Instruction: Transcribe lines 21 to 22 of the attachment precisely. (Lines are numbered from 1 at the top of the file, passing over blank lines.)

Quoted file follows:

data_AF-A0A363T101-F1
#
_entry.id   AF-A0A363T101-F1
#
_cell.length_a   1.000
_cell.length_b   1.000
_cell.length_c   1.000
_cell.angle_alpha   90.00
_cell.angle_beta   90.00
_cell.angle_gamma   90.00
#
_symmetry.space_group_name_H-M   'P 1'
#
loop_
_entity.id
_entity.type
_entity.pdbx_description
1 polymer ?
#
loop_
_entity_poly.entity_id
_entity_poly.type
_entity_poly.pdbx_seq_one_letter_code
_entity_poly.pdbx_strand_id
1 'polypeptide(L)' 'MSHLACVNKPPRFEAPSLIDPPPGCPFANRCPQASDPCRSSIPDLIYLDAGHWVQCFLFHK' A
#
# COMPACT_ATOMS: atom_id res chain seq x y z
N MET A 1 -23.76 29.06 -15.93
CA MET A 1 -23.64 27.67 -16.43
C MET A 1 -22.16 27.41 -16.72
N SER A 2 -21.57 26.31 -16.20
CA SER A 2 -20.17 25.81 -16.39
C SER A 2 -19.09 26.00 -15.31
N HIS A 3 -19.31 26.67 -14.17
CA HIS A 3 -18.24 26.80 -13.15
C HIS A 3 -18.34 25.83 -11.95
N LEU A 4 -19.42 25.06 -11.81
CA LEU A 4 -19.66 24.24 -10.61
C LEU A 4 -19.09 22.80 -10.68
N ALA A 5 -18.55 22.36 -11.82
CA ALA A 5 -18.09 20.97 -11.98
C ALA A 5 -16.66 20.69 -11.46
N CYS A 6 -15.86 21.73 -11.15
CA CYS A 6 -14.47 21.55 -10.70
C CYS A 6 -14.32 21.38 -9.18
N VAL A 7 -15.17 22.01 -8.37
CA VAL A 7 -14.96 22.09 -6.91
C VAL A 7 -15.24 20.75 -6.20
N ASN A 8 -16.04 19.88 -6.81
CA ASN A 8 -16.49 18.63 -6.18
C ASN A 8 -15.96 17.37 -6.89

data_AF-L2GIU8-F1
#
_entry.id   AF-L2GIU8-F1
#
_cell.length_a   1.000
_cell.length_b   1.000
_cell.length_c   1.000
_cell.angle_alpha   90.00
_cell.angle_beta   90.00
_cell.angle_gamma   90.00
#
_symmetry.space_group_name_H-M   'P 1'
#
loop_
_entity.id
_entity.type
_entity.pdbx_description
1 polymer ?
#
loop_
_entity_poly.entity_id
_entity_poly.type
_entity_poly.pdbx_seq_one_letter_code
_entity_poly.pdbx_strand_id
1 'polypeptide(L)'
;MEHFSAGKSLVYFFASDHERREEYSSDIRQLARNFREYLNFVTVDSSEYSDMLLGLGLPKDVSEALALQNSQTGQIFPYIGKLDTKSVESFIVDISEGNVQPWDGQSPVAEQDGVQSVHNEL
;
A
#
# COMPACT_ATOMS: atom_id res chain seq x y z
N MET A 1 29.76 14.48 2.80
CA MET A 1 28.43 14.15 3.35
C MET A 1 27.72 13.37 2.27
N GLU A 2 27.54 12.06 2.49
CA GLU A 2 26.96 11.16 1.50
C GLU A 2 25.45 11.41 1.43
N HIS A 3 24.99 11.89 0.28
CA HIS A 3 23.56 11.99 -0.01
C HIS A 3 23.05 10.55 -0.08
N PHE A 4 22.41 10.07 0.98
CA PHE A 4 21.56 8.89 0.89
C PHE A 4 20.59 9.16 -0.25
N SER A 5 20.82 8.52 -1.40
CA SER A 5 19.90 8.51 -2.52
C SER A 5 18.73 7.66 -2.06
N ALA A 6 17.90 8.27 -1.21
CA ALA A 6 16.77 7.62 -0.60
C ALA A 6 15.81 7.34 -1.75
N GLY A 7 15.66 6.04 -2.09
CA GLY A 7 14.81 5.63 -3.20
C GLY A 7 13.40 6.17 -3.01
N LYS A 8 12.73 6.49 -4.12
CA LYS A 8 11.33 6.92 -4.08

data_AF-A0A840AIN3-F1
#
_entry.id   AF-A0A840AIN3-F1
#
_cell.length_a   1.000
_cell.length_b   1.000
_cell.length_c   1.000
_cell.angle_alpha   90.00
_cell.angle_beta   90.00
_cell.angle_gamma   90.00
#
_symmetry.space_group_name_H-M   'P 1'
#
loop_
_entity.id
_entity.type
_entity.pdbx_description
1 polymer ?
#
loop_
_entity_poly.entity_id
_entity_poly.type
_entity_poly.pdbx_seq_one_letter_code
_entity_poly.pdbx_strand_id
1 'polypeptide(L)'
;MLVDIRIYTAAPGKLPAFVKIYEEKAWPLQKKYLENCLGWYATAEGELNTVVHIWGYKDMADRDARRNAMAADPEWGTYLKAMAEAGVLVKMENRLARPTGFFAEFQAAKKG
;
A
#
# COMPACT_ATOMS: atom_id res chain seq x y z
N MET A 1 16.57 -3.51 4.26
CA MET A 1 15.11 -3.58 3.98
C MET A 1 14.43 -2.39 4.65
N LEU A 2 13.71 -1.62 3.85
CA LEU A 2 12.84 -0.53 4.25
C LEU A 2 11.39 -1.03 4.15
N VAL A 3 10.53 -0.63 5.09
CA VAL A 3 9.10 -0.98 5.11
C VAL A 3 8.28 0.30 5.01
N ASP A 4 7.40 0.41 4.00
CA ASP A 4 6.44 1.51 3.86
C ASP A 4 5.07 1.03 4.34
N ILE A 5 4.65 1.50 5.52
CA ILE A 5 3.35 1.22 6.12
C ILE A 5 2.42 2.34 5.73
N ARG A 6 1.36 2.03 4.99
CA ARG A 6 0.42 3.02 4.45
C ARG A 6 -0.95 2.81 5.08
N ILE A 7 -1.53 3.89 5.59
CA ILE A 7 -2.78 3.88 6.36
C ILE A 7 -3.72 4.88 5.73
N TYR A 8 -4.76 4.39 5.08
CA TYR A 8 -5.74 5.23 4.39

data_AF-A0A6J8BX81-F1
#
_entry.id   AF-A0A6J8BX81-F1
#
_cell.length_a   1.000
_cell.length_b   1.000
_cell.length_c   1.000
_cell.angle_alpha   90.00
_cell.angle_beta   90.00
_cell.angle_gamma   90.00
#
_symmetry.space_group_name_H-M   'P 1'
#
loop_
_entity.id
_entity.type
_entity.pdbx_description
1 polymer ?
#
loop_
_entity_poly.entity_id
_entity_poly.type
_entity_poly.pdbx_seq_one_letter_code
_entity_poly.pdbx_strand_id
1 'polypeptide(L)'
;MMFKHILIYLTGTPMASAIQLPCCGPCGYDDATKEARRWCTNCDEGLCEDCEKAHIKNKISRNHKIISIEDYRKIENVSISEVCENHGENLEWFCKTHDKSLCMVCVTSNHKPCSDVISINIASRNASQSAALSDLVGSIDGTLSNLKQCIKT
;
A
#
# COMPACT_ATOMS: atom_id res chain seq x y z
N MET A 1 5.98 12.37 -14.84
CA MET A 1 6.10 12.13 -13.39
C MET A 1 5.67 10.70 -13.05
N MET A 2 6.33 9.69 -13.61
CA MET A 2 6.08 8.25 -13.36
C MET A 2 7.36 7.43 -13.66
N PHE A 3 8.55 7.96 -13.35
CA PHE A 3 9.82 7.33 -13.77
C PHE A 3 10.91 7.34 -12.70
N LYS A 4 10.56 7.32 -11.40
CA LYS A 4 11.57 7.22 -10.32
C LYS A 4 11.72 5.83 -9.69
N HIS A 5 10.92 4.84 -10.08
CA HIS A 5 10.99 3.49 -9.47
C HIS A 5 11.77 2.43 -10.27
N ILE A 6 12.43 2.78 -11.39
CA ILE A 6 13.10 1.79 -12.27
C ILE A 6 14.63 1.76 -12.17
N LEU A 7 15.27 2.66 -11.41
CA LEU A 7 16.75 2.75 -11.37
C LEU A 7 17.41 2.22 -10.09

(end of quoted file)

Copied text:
_entity_poly.entity_id
_entity_poly.type